All-Business Radio About To Make Waves On AM Dial
BOSTON (AP) _ Business hours will be around the clock for planned radio networks based in Boston and Colorado.
Boston-based Business News Broadcasting Inc. is signing on stations for a 24-hour satellite feed of business and financial news scheduled to begin Oct. 1 on the AM band, which has been losing listeners steadily to FM stations in recent years.
In Colorado Springs, Colo., Business Network Radio Inc. is planning to enter the market next month with a mix of business news and general features.
″There’s a huge appetite out there for business news,″ said John H. Knowles Jr., one of the five BNB founding partners. ″We’re targeting the people at the top of the pyramid with the highest business acumen.″
Knowles said about 15 stations around the country had signed agreements to take either full 24-hour broadcasts or partial reports. The network will have about 25 editorial and 20 sales and executive employees at its Boston headquarters and its offices in New York city and Washington, D.C.
″Right now, much of the AM band is wasteland,″ said Knowles. ″We think there is a strong niche we could fill.″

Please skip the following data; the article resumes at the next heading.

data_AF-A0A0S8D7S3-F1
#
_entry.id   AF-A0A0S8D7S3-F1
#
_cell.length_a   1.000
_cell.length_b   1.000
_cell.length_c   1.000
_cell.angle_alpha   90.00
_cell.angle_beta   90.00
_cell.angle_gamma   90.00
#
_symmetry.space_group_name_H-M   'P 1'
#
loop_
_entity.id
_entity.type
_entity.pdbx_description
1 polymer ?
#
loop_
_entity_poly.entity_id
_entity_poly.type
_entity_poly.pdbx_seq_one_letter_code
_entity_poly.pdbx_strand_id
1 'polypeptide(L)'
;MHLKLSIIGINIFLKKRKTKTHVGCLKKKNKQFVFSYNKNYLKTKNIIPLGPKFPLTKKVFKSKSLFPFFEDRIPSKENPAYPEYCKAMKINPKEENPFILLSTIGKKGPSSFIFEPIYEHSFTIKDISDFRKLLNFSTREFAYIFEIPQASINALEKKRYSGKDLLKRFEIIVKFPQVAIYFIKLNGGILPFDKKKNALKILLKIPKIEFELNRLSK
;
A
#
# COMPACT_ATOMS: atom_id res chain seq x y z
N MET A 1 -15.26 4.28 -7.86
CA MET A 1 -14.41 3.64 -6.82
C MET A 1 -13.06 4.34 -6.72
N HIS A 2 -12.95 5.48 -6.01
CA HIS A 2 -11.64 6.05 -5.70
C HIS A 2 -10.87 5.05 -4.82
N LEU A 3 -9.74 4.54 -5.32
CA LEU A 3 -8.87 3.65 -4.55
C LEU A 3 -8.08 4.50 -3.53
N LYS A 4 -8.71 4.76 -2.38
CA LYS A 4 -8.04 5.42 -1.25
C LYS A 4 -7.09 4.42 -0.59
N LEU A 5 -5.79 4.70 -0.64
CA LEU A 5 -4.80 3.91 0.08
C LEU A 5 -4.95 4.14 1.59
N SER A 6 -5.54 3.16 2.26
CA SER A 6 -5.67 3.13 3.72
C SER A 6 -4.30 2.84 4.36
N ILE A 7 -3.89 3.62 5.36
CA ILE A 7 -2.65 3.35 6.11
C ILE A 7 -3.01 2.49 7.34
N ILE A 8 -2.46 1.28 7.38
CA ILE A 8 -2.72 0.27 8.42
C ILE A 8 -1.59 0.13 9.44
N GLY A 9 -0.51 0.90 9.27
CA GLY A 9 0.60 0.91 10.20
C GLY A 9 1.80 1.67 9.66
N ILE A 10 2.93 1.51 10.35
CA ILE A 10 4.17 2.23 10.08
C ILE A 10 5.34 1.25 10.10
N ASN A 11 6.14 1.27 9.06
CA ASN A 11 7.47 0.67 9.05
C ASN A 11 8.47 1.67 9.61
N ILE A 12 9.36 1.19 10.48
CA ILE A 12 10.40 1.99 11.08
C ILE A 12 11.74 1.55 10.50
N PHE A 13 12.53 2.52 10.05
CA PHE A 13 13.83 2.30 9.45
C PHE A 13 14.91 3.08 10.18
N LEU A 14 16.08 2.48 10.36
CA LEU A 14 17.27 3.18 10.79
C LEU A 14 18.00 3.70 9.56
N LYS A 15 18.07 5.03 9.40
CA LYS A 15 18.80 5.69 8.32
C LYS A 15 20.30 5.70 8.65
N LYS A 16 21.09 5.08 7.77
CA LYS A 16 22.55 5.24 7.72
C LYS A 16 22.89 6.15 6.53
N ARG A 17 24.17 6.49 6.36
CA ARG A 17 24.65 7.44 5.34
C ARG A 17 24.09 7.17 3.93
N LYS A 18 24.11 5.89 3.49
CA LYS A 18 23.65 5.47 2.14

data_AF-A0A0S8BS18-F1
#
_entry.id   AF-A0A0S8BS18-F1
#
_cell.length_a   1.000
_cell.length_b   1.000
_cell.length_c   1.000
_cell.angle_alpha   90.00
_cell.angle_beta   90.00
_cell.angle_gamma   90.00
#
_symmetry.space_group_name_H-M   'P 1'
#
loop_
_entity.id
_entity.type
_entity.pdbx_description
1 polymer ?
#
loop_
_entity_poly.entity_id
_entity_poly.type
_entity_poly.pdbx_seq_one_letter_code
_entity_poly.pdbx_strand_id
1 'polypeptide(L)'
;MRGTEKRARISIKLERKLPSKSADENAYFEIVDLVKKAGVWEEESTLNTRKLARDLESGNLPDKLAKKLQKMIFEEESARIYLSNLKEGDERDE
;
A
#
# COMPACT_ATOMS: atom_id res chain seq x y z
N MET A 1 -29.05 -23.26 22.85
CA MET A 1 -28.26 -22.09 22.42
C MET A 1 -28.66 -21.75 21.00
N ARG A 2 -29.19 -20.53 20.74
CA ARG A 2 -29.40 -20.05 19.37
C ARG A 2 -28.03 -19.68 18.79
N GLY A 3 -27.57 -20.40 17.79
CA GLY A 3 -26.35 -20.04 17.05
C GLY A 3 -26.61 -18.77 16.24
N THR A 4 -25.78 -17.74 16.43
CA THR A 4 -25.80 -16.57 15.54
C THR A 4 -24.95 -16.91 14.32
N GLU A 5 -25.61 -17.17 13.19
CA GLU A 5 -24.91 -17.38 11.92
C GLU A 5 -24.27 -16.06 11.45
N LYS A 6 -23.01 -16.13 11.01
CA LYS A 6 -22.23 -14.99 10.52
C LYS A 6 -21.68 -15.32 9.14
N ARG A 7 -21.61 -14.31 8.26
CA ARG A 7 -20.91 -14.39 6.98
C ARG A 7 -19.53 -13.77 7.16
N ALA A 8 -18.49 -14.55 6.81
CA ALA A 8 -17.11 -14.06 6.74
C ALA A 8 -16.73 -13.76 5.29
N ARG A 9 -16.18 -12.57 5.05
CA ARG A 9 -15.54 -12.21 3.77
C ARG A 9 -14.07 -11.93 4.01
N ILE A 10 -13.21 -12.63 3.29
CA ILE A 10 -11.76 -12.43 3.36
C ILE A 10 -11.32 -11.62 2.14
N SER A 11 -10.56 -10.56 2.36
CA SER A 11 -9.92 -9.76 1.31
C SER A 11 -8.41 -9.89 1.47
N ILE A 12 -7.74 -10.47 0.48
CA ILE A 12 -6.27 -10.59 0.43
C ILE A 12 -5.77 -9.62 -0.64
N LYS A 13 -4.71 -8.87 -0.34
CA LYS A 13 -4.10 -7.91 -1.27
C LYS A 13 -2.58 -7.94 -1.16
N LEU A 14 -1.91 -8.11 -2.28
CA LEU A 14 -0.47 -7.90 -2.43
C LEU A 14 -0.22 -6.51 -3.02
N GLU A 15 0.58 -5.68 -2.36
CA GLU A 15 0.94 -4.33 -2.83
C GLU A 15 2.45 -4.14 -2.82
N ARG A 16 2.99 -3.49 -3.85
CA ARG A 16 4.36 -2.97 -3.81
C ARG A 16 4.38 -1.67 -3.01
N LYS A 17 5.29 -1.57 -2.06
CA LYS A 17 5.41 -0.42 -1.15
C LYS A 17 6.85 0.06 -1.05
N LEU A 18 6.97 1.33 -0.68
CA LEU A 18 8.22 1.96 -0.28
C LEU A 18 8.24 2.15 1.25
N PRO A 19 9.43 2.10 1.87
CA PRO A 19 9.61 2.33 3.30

Demographics, not numbers of listeners, will draw advertisers to BNB, said Knowles, who describes the projected BNB listener as a upper-level executive with at least a $15,000 investment portfolio.
″There are about 3.5 million people who fit in that category,″ he said. ″We’re not even going to get 10 percent of them. But the advertisers should recognize that this is a very attractive market.″
Among the other founders and investors who put up nearly $1 million over the past two years are Fred Walters, a former exective editor at WINS all-news radio in New York, and Jim Hood, former Associated Press deputy director of broadcast news operations.
Business Radio Network Inc. plans to begin broadcasting in between 12 to 15 markets on July 4, said Roger Petrik, vice president and chief financial officer.
Petrik said more than 100 stations had expressed interest in BRN and the company had secured about $1 million in financing for its first three months of operation.
News director Eric Burch estimates 80 percent of the format will be business-related, including mangement and investment tips and farming news. The company plans to place staffers or stringers in more than 60 major cities worldwide, he said.
″It’s the wave of the future,″ said Burch. ″It will be everything from hard-line features to what Lee Iacocca eats for breakfast.″
The nation’s first all-business station, KMNY in Los Angeles, also is planning to syndicate its programming in August. After 14 months on the air, KMNY has about 1 percent of the Los Angeles market.